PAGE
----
The technique whereby the Raman spectrum of a highly absorbing liquid or solution could be obtained with laser excitation was introduced by Kiefer and Bernstein. Its essential feature is that of rotating the sample at ca. 1500 rpm, by which procedure both thermal decomposition of the absorbing sample and the thermal lens effect are minimized. Modifications to the original arrangement have appeared in which a metal sleeve connects a cylindrical cell to an electrical motor situated at the top of the apparatus. In both arrangements, the laser beam is made to strike the bottom of the cell very near its perimeter, because in this way self-absorption of the scattered light is minimized. The modified system may be adapted for low temperature studies by surrounding the cell with a Dewar and allowing cold nitrogen gas to flow through. Variable temperature rotating liquid cells for Raman spectroscopy have also been described.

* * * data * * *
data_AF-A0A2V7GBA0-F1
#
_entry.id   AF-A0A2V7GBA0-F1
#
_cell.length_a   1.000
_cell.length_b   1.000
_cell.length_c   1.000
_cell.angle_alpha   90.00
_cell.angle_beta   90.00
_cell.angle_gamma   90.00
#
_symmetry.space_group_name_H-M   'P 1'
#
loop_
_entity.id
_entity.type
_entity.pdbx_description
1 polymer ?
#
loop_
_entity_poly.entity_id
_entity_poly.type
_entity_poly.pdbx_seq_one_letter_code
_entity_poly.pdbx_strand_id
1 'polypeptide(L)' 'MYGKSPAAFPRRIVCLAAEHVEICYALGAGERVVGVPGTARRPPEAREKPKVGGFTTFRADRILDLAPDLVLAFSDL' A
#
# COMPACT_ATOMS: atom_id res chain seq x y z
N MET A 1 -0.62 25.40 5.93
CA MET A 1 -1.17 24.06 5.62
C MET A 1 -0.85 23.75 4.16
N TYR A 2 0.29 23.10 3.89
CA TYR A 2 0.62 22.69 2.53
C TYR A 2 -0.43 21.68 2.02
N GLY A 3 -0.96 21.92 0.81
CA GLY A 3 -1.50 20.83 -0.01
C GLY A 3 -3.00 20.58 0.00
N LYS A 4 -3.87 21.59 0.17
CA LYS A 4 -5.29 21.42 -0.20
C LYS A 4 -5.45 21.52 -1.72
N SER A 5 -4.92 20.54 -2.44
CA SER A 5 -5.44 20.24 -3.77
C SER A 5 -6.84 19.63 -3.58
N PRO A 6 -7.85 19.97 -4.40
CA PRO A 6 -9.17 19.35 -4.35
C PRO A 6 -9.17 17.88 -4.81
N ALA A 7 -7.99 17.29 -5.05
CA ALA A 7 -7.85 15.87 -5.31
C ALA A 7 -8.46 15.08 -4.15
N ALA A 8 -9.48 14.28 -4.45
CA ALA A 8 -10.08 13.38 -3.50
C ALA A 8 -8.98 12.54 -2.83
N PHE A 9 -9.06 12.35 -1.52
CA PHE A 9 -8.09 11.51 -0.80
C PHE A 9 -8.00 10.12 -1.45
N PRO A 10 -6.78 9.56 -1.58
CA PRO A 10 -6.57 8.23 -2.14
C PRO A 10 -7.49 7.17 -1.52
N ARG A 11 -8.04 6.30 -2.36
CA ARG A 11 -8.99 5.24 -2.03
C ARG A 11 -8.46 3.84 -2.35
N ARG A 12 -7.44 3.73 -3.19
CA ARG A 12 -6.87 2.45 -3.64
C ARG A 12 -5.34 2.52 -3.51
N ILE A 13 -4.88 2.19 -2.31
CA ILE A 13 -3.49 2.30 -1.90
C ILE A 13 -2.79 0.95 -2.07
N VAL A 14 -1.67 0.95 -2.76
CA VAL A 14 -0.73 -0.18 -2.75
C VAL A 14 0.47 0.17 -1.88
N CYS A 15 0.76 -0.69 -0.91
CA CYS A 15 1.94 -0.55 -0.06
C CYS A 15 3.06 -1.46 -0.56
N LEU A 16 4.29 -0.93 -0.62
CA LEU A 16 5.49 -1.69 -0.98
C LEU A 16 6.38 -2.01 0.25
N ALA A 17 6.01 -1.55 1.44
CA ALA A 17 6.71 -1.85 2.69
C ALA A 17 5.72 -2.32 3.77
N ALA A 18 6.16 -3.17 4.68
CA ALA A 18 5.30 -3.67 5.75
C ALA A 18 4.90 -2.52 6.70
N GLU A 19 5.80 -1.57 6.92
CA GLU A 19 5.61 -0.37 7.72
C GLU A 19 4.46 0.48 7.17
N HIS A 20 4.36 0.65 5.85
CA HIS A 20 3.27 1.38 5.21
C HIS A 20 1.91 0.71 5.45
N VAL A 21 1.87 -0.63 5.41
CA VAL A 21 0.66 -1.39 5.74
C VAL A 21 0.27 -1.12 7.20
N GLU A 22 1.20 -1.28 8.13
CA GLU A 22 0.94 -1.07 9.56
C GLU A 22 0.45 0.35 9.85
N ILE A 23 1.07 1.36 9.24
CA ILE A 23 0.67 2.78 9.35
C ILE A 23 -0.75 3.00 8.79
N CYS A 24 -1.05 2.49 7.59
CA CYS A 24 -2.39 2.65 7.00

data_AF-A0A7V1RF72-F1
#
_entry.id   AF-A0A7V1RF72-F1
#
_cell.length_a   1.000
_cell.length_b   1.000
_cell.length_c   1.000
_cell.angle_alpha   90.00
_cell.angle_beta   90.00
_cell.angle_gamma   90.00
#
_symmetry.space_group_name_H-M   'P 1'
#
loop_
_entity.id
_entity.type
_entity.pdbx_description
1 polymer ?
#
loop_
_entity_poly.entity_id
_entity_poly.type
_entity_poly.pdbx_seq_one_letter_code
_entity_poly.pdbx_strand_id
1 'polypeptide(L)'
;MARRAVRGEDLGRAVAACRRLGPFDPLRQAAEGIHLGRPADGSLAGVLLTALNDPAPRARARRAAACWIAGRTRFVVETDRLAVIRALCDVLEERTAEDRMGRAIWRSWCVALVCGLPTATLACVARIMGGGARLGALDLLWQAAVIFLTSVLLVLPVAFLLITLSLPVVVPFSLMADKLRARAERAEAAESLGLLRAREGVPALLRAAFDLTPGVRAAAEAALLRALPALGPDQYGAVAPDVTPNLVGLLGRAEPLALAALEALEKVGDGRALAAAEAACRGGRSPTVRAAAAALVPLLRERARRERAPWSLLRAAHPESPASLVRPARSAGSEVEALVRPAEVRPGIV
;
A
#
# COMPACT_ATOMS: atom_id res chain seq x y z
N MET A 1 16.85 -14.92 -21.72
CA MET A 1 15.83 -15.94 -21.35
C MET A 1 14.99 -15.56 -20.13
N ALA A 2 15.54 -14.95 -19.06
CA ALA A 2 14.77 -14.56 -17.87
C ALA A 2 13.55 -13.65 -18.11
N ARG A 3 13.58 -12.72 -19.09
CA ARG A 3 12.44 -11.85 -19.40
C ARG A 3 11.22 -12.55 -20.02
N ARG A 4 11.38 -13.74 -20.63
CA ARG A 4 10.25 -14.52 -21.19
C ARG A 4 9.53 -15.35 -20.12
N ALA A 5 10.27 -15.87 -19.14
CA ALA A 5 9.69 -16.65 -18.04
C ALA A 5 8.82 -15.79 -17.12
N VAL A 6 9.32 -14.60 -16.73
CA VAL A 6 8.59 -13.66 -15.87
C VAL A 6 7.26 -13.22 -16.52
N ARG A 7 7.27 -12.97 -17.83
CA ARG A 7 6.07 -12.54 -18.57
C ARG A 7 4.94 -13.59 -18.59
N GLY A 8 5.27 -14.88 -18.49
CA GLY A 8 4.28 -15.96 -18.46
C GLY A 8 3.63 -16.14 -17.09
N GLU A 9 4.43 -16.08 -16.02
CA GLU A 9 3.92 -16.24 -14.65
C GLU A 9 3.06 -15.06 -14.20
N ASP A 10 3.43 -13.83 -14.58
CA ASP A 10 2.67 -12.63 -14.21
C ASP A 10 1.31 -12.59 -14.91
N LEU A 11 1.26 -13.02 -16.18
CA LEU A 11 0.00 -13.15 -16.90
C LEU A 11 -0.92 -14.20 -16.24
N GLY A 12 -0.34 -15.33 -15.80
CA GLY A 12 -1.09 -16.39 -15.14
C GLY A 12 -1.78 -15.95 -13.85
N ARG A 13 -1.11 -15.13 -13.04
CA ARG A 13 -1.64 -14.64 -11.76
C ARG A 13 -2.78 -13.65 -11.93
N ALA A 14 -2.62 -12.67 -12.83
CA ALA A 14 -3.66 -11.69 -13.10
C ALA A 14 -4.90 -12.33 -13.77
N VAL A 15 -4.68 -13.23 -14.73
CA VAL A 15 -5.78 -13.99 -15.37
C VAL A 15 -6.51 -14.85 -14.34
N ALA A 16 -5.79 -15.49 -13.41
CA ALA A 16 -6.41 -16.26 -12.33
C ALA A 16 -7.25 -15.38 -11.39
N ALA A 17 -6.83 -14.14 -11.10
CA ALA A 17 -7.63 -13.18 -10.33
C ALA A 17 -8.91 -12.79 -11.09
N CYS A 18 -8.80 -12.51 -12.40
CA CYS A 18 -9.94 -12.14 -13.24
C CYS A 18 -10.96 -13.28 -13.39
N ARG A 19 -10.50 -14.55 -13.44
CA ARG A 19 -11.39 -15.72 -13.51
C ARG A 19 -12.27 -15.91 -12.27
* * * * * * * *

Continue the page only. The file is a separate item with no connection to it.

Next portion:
R. J. H. Clark, O. H. Ellestad, and P. D. Mitchell, "Rotating Cell for Recording Raman Spectra of Compounds in the Vapor Phase at Elevated Temperatures," Appl. Spectrosc. 28, 575-576 (1974)